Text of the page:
Re-Caulking the Bathtub for $15 & Lessons Learned for the First Timer


I have to admit, as I have been taking down Halloween decorations, I have been chomping at the bit to start Christmas decorations. I’m blaming it on the new house feeling and it being our first Christmas here. To distract myself though, and come back to Earth that we’re still weeks away from even Thanksgiving, I jumped into re-caulking the bathroom tub.  I warn you, the following pictures are graphic.  They feature crumbling caulk, 1950s color bathroom tile, and a floor begging to be redone.  This bathroom will most certainly be the feature of many posts to come of quick updates you can do if you can’t gut a bathroom entirely.

I digress.

Caulking is super easy (with a little bit of practice) and cheap way to make a big difference in the bathroom.  Removing the crusty, moldy old caulk and replacing with a fresh white strip is hugely satisfying.  Other than just for looks, it is important in a bathroom to seal up holes to prevent water damage beneath the surface.  No one wants to rip up floors and find a nasty moldy mess where water has crept through for years.

Enter in the weapons. Here is the caulk gun and caulk I used. Since it is in a bathroom, I chose a  white waterproof silicone.  Note that there are many different types of caulks and silicones, this would NOT be the kind to use if you were adding trim to a room, for example, since this cannot be painted over. Here is also the tool pack below, one piece for removing and one piece for creating a smooth line (more on this below).

Total cost of the tools below?

$15.71, and the toolpack is really optional.  You can surely use razor blades, screw drivers, and other items you already have bringing it down to

$10.74 for a clean, fresh bathroom update


Removing the old caulk

As a first time caulker, this step was about as difficult as I expected.  It took some fiddling and I ended up bringing in a razor blade to help.  What I found to work was slicing the caulk every 6 inches or so along the tub to allow me to get an edge under and try to pull it up. Using the tool from the pack (shown above) I wedged the piece in to help loosen. For $5 for the two pieces, this was entirely worth it. It had many different edges I could use from all different angles to pull the caulk out.


It was super satisfying when long strips pulled out together. In total this process of removing all the old caulk along the tub took about a half hour.  Once I cleaned all the little pieces I took a damp cloth to wipe along the edge and make sure there were no small pieces of dirt and grime and the surface was as clean and dry as it could be for the new caulk to adhere to.


Prepping for new caulk

Ahh, the old caulk is out.  I sat back for a bit and admired my hard work. Not for long though, time for taping! No cost incurred here since we already had the painters tape. I lined the floor and the side of the tub to edge where the caulk will go.  Caulk is pretty forgiving as long as you are fairly quick. I played a few times with the caulk gun getting a feel for how fast it comes out and how hard I have to pull the trigger. It does not shoot out fast, in fact it went slower than I expected which is good to prevent mistakes!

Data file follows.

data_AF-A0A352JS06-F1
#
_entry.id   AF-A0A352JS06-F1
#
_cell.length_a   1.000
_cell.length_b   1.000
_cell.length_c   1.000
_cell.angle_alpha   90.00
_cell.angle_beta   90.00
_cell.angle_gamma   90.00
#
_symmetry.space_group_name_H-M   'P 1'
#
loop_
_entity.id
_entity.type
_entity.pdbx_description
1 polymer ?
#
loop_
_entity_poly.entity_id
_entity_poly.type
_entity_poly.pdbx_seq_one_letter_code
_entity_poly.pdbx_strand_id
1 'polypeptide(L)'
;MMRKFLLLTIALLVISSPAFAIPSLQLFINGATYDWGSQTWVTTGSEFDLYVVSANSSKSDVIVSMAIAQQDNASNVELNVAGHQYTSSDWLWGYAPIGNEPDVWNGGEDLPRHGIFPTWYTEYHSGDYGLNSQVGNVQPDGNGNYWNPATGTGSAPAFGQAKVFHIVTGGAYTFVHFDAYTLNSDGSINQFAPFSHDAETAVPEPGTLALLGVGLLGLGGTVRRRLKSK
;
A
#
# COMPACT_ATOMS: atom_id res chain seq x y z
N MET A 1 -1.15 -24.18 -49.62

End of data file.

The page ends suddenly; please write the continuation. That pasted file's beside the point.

Here come the lessons learned as the first time caulker to share with all of you who haven’t done this before either.  Honestly, I’m almost ashamed to admit I didn’t think to pull the tape up right after I caulked and before it dried.   When you pull the tape up after, the caulk doesn’t stick to the tape, the tape just comes out from under it.  So any overflow stayed on the tub and floor.  I tried correcting this by taking the razor blade and running a straight line down but it didn’t work well.  Here is the first after picture. #caulkfail


As you can see, way too jagged.  Where is my pretty caulk line!? Needless to say, I ripped it up again.  Another lesson learned? New caulk doesn’t come up nearly as easily as chipping old caulk. I retaped and tried again.  Another key difference this time was I used my finger instead of the caulk edger to create a flat edge. My mom visited yesterday and made the suggestion (thanks mom who is reading this). To help your finger glide over, fill a small glass of water and dip your finger to just be slightly damp then run it right over the wet caulk. Although I didn’t have a problem with the edger from the pack at all, my finger was easier and more precise.   Plus, the gap between the tile and tub was a bit larger than the tool but the perfect size for my finger so it covered it just right.

Caulk attempt #2


Well would you look at perfect straight line.  It really sings to me. A before and after to really show the difference in removing the tape while wet:


Caulking Lessons Learned

Fingers work just as well or better than a tool you buy (save yourself a few bucks!)

New caulk does not remove as easily as old, dried up caulk

Always ALWAYS pull your tape up when the caulk is wet


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